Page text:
Art Ministry

Using 3d prayer cards to help patients heal

Meet Rev. Jenifer Ingerman Miller

Jen Miller.jpgArt Ministry is a unique way to empower people to heal themselves through drawing, painting, writing and other creative endeavors. "For me, art is prayer," says ChI clergy Jenifer, who brings interfaith art to people as a healing modality. Art alone can comfort and inspire, evoke emotion, and help in recovery, Jenifer says. "Art alone can comfort and inspire, evoke emotion, and help in recovery," Jenifer says. "Art, accompanied by a calming, grounded presence carries a great deal of potential as a tool for chaplains, that can be used to encourage people to open up about their fears and anxieties, work towards recovery, accept a new diagnosis, or make peace with their own (or a loved one’s) mortality."

Jenifer first began her art ministry as the author and illustrator of  Drawing Into Prayer: Reaching God Through Art When the Words Aren’t There, a book that is half autobiographical and half a series of simple exercises that both artists and non-artists alike, may use to draw themselves into prayer. "That was the first step in moving towards a meaningful, intentional path which integrated my desire to empower people to heal themselves with the artwork that flowed through me," Jenifer says.

Then as an Interfaith Studies Certificate Program student, Jenifer was assigned several projects in which she art angel.jpgapproached a particular faith through an artistic avenue. "The pieces I created during this program have become my collection of faith-specific and interfaith prayer cards."

Now as an ordained interfaith minister and a chaplain intern, Jenifer is bringing her art as an aid in healing to a wide variety of hospital patients through 3-D prayer angels and pop-up prayer cards. She recently launched a website http://www.altarnativearts.com where she offers The AltarNative Comfort Angel, "a small paper angel that has been extremely well received by patients and family alike, in the hospital, Jenifer says. "The comfort and joy these whimsical creations promote is priceless.  

 


 

Art Curating for Spiritual Formation

Meet Rev. Dr. Sheldon Hurst

Sheldon Hurst.jpegRev. Dr. Sheldon Hurst, a ChI cross-ordained minister, found his spiritual  path becoming more expansive through his studies at ChI. His background as an art historian and interfaith clergy has evolved into a ministry which offers possibilities for collective spiritual formation. "The world of art has always been a spiritual way of presence in the world, with artists in the role of prophet." Sheldon says. "I've been blessed with an integrative mind and I take very seriously the role of artists in the world." 

Sheldon's current project is "Cambodian Resiliency," his first exhibit for ArtReach Gallery at First Congregational United Church of Christ in Portland, Oregon, a church that has been showing art since 1875.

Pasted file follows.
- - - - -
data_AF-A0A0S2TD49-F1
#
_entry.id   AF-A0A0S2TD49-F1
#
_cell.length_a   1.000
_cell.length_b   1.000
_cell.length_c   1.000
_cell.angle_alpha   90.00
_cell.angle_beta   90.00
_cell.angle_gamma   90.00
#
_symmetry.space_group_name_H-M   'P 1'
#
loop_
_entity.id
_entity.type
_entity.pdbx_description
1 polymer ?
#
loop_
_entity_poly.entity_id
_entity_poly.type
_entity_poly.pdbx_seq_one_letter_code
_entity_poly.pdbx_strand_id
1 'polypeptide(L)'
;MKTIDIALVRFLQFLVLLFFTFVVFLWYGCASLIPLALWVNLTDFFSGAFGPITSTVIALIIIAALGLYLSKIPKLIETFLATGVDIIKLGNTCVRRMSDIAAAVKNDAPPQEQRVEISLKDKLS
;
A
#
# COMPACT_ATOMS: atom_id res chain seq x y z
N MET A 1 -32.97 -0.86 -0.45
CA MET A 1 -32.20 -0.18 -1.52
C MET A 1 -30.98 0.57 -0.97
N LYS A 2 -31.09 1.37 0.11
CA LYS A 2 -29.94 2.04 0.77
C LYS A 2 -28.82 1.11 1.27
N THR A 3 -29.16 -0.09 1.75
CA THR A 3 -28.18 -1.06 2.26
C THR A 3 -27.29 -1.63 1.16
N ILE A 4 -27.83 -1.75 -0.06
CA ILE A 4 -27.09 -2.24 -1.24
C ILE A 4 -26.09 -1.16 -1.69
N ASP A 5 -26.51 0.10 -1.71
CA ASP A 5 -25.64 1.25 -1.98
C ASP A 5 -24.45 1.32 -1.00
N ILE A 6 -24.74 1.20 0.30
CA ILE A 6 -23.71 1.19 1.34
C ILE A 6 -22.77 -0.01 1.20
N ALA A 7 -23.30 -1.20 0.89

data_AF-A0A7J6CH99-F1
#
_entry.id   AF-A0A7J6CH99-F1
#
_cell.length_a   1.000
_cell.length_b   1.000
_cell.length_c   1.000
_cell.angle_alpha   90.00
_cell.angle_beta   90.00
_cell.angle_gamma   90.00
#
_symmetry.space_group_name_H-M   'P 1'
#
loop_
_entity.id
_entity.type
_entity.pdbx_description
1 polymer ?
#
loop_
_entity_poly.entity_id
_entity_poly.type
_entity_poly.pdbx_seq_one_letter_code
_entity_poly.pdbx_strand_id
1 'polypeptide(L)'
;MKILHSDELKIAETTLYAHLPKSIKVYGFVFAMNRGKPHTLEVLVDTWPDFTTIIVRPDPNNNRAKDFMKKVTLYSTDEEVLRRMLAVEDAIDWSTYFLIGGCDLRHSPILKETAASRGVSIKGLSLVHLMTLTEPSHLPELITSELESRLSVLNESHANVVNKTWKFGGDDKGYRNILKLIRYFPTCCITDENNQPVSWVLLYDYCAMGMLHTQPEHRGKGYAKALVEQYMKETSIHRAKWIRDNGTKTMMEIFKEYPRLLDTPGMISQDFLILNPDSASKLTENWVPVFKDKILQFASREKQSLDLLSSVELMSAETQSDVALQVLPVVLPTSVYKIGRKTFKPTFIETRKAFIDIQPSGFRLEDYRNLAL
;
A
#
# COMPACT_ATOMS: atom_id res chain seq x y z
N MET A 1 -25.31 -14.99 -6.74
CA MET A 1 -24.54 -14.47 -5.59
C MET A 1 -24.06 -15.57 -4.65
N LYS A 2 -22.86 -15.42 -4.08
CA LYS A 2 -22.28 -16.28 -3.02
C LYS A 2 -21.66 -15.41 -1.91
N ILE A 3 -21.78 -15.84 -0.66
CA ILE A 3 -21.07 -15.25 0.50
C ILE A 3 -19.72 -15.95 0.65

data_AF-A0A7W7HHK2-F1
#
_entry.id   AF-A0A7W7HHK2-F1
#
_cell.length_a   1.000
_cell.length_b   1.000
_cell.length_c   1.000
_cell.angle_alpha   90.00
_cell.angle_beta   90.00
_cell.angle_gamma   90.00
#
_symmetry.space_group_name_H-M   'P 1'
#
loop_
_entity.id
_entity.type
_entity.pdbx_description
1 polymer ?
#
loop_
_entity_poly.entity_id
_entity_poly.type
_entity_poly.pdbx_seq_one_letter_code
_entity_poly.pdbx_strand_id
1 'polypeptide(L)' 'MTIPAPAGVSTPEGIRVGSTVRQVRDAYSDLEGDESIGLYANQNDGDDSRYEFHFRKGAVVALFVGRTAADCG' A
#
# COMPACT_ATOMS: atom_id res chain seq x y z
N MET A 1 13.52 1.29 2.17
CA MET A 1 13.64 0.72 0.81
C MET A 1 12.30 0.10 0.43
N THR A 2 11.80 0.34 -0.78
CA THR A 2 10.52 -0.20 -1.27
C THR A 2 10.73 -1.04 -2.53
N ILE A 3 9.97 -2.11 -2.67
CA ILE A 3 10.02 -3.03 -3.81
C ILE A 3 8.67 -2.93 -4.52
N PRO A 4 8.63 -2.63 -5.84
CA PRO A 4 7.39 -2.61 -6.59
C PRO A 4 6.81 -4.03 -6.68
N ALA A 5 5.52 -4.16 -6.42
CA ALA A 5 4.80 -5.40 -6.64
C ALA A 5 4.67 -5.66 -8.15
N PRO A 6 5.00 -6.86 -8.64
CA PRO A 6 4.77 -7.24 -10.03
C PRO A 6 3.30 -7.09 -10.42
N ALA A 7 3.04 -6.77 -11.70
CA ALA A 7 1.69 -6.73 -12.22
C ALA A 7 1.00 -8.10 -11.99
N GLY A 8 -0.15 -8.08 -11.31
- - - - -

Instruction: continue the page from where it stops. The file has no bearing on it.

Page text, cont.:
On a trip to Cambodia Sheldon saw images by Vann Nath, an artist who portrayed his experience of prison suffering and murders that led to the Killing Fields in Phnom Penh under the Pol Pot regime.  So taken was he with this artist that he bought a folio of his paintings with the idea of curating an exhibit in Portland. The project grew to include photos by Vann Nath's son, Vann Channarong, reflecting modern day Cambodia; Sandra Banister's images of Angkor Wat; Anders Jirás’ photos of students learning ancient Cambodian dance; films, as well as educational activities and intercultural conversation, all of which will  be blessed by the monks from Watt Dhammarangsi, the Portland Cambodian Buddhist temple.  The exhibit will be held during February and March of 2017. 

"I hope the larger community will awaken to an understanding that people live with very different memories as immigrants," Sheldon says. "Here is a whole people, living with a knowledge that some, perhaps many, members of their families were murdered by a genocidal Khmer Rouge 1975-79.  These are refugees who left their home and had to rebuild their own lives. I think there is something deeply spiritual that nudges everyone when you learn that."

Sheldon credits his experiences at ChI, in the Interfaith Spiritual Direction program and the Interfaith Studies program, for opening up his curiosity and capacity to reach out to other cultures and traditions. He sees art exhibits as a way to initiate genuine dialogue and interaction between cultures and traditions within the local community.   His hope is that this exhibit will expand people's understanding of the history that the entire Cambodian people carry,  the grief and the trauma, but also the joy and rich culture as seen in the images of Angkor Wat and children learning their traditional dances. Sheldon's own joy and excitement at the path this project has taken is apparent when speaking to him.  He is already visioning his next project of Curating Art as Community Spiritual Formation by examining the rich Calligraphic tradition of the Muslim community.    


 

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